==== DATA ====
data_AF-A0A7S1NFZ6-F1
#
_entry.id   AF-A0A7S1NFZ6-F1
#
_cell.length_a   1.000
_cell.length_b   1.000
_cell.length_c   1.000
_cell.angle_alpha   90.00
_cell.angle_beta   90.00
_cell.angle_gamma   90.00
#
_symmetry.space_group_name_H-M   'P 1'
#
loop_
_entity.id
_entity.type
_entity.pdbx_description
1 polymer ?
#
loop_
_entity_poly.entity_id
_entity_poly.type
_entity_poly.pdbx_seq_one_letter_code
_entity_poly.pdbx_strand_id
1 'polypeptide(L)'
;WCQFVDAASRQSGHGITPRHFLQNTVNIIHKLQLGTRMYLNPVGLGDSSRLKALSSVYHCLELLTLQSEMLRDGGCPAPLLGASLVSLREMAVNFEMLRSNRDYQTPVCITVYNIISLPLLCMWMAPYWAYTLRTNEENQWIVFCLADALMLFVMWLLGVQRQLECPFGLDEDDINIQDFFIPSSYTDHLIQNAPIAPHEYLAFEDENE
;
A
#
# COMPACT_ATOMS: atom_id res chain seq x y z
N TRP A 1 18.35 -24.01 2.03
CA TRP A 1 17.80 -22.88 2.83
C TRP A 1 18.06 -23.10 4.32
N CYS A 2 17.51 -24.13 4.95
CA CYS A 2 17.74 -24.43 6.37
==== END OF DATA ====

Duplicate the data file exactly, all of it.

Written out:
data_AF-A0A7S1NFZ6-F1
#
_entry.id   AF-A0A7S1NFZ6-F1
#
_cell.length_a   1.000
_cell.length_b   1.000
_cell.length_c   1.000
_cell.angle_alpha   90.00
_cell.angle_beta   90.00
_cell.angle_gamma   90.00
#
_symmetry.space_group_name_H-M   'P 1'
#
loop_
_entity.id
_entity.type
_entity.pdbx_description
1 polymer ?
#
loop_
_entity_poly.entity_id
_entity_poly.type
_entity_poly.pdbx_seq_one_letter_code
_entity_poly.pdbx_strand_id
1 'polypeptide(L)'
;WCQFVDAASRQSGHGITPRHFLQNTVNIIHKLQLGTRMYLNPVGLGDSSRLKALSSVYHCLELLTLQSEMLRDGGCPAPLLGASLVSLREMAVNFEMLRSNRDYQTPVCITVYNIISLPLLCMWMAPYWAYTLRTNEENQWIVFCLADALMLFVMWLLGVQRQLECPFGLDEDDINIQDFFIPSSYTDHLIQNAPIAPHEYLAFEDENE
;
A
#
# COMPACT_ATOMS: atom_id res chain seq x y z
N TRP A 1 18.35 -24.01 2.03
CA TRP A 1 17.80 -22.88 2.83
C TRP A 1 18.06 -23.10 4.32
N CYS A 2 17.51 -24.13 4.95
CA CYS A 2 17.74 -24.43 6.37